So, the limits of mathematical existence are fuzzy, but the fuzziness of these limits remain internal to the field mathematical existence, and completely unrelated to (unaffected by) any other type of existence.
More precisely, the fuziness (relativity) of the mathematical existence, comes from the infiniteness of the systems that are considered to exist or not. On the other hand, the mathematical existence of finite systems (of specified limited size) enjoys an objective character, independent of any decent choice of a theory of mathematics and its interpretation.

Despite its relativity, the mathematical existence of infinite systems cannot be dismissed because it is somehow guaranteed by Gödel's completeness theorem. This theorem is at least as essential to the foundations of mathematics as the more famous incompleteness theorem. In fact, the incompleteness theorem only owes its higher popularity to its much more pleasant character in the eyes of the irrationalist propagandists who influence public opinion, as well as the biased sensitivity of the public itself who hates mathematics and is so fond of any excuse to praise stupidity and irrationality over reason.

The completeness theorem roughly says that for any theory without contradiction, there exists a mathematical universe described by this theory.
At first sight, it may seem to contradict the incompleteness theorem; however there is no contradiction between them once understood more precisely, in ways that won't be detailed here.

So, it provides for the real existence of infinite systems (as many theories require their universe of objects to be infinite). Of course, as no theorem can provide for infinities out of no infinity, the completeness theorem requires an assumption of infinity in order to apply.
But the required infinity assumption is rather weak: it only needs the infinite list of all finite systems (to fix the idea, we can say: the infinite set of all natural numbers). But this assumption is already required to make sense of the premise of the theorem: a contradiction must be a finite system of symbols. Thus, the concept of a "theory without contradiction" involves the infinity of searches for any finite contradiction that might be produced by the theory. It would be hard, indeed, to grant existence to every finite system but not to the whole infinite set they form (unless we might mean that every natural number exists inside reality, but this reality of all natural numbers would not itself "exist"...).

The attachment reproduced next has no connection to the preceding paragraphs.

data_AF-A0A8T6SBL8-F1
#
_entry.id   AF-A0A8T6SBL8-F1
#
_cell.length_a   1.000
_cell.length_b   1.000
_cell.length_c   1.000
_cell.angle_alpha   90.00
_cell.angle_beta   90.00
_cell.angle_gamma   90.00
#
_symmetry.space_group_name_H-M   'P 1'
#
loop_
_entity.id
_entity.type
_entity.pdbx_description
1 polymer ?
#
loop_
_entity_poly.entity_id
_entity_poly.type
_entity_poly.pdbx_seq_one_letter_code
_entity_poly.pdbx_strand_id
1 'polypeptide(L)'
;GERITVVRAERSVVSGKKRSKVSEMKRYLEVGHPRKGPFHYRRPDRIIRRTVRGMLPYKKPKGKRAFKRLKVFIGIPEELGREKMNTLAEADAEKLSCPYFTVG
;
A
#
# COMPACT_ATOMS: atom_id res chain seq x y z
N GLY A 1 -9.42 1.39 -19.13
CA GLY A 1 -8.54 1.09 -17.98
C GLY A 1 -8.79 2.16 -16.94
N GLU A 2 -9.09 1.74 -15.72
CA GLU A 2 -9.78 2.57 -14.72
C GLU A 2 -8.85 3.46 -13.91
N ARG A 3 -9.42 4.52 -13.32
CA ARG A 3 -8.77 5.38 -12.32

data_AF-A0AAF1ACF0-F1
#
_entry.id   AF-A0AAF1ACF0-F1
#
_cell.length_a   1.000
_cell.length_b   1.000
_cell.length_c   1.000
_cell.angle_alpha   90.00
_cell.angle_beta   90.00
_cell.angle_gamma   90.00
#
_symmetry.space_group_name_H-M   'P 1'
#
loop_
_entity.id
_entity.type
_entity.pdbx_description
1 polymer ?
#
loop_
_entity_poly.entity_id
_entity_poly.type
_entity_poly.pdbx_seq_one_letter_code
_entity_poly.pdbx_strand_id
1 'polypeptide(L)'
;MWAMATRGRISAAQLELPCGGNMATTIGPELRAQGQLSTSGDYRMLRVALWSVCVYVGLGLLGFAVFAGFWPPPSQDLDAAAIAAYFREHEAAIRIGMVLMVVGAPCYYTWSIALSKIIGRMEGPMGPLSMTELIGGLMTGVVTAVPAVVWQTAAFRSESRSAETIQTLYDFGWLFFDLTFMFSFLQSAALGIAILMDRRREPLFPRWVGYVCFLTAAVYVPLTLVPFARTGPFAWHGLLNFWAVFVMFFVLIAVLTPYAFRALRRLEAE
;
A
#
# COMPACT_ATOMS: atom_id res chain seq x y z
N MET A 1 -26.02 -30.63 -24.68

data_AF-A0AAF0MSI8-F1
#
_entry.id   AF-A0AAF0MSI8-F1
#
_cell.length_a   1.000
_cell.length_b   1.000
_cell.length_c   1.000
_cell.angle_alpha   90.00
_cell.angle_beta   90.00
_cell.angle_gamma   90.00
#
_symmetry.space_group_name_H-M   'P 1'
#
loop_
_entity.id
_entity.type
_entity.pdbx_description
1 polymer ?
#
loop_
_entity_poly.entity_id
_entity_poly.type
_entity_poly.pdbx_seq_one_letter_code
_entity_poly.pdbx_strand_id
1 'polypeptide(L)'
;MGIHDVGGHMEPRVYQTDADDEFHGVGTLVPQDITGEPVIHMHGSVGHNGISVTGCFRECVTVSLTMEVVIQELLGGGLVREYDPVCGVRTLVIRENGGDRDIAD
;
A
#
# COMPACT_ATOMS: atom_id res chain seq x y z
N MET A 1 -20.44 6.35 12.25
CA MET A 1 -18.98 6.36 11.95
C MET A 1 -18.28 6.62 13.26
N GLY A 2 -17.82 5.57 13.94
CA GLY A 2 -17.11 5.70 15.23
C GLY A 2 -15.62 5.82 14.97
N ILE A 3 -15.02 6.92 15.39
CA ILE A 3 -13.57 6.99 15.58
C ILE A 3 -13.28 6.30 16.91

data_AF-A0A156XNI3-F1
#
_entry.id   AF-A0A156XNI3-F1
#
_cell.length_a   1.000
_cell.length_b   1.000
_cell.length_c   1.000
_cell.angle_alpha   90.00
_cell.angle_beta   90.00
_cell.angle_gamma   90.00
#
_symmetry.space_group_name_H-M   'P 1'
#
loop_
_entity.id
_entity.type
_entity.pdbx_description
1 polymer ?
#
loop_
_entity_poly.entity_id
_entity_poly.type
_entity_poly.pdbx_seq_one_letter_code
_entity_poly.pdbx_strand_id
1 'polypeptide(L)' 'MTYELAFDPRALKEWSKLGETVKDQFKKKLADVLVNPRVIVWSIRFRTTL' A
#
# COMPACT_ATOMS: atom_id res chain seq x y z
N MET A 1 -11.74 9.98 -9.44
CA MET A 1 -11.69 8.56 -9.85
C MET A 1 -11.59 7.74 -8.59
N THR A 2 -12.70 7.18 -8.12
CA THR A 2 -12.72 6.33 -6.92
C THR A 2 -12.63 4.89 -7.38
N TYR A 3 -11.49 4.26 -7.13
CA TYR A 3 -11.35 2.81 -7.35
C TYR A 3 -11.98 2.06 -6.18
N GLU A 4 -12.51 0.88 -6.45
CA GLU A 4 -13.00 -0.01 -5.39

And this mathematical existence of infinite systems, while hardly deniable, keeps a margin of relativity in a way too complex to be summed up here (we already gave hints about this...).
However, this relativity margin does matter for us, as we are only concerned in practice with finite systems, whose mathematical existence is objective. Indeed, the currently known laws of quantum physics are expressed in mathematical terms that somehow only depend on finite systems (and the successive approximations they give, like the computation of a real number), and thus inherit their objectivity. (And our consciousness has no full access to infinity either.)

Other types of existence

Now the question is: is there any other type of existence, that is, another type of object, outside the mathematical ones ? We mentioned about the physical and the conscious existences. Do they differ from mathematical existence ?
Such a difference is hardly deniable. Could anyone mistake oneself with a mathematical object (in other words, one's own existence with a mathematical existence) ?

The status of physical existence is much more subtle, because unlike conscious being, physical objects are not aware of their own existence. How to make sense of such an existence, and be sure that the physical type of existence "really exists" ? In fact, we can't. Instead, we shall explain that only the conscious and mathematical existences are primitive types of existence, while the physical existence emerges as a combination (or intersection) of both.

But first of all, we need to examine (and refute) another view, widespread among atheists, according to which consciousness emerges out of physical reality, so that conscious existence would be mere fruit or particular case of physical existence.

Such a view would first require some primitive type of physical existence, not reducible to mathematical existence. Or would it ?
Just imagine the idea of a universe where everything can be mathematically described, as well as its evolution laws. No matter whether "it exists" or not in a familiar sense, it does exist anyway in a mathematical sense, in the form of its encoding as a very big number (a string of information expressing the detailed configuration of all its parts). No matter how astronomically big this number is, it mathematically exists. Thus, so does mathematically "exist" the universe it encodes.